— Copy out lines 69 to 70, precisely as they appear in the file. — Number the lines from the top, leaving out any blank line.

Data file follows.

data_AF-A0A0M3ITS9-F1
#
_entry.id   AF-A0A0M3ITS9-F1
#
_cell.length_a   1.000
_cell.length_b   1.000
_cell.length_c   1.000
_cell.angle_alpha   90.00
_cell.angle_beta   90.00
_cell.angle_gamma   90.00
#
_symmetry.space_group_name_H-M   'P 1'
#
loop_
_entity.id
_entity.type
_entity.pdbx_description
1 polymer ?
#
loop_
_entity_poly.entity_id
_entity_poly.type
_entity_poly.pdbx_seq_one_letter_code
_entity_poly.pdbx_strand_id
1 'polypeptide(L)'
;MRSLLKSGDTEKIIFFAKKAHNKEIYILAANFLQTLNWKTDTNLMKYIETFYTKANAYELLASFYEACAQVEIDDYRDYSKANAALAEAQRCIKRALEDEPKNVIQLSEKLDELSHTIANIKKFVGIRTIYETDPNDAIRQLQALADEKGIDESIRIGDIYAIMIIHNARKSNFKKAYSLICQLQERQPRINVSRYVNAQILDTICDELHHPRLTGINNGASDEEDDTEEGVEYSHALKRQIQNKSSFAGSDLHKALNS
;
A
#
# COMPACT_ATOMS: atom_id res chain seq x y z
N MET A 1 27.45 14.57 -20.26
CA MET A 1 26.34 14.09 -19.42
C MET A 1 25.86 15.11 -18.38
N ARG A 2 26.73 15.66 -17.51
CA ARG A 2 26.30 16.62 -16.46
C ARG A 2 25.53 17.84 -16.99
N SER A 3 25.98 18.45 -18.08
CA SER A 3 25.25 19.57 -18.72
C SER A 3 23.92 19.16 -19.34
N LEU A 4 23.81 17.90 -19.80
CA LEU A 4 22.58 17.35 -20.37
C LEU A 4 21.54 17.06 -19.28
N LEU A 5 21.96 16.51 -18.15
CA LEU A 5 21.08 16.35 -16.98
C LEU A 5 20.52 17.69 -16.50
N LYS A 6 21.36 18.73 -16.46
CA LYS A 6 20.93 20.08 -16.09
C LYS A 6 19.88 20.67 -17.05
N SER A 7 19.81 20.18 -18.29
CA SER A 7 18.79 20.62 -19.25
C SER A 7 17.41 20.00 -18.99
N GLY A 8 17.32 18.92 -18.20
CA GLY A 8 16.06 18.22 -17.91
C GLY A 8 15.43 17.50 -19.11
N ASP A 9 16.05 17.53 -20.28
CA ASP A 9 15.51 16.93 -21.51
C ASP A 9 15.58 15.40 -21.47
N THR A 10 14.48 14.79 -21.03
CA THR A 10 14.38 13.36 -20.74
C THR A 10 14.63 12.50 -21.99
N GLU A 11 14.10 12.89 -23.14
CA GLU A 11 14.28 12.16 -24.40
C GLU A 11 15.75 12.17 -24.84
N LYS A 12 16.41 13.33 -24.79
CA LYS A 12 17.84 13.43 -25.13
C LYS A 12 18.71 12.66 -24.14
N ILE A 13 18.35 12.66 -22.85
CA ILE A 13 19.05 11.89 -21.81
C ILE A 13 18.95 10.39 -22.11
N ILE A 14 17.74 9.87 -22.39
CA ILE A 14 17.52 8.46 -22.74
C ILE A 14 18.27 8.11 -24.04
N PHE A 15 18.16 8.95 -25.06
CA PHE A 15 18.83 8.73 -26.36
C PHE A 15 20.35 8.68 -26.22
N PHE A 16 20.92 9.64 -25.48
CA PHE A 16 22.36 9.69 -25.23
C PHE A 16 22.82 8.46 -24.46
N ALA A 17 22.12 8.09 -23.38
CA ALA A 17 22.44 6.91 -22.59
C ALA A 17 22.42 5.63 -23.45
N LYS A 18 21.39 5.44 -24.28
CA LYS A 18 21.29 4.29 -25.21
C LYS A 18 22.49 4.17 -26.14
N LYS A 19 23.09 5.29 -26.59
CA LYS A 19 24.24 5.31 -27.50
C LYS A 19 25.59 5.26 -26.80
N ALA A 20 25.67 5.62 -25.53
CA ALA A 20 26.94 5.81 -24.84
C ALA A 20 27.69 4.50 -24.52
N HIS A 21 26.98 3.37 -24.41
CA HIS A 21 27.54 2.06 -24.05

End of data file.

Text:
C ILE A 13 18.95 10.39 -22.11
N ILE A 14 17.74 9.87 -22.39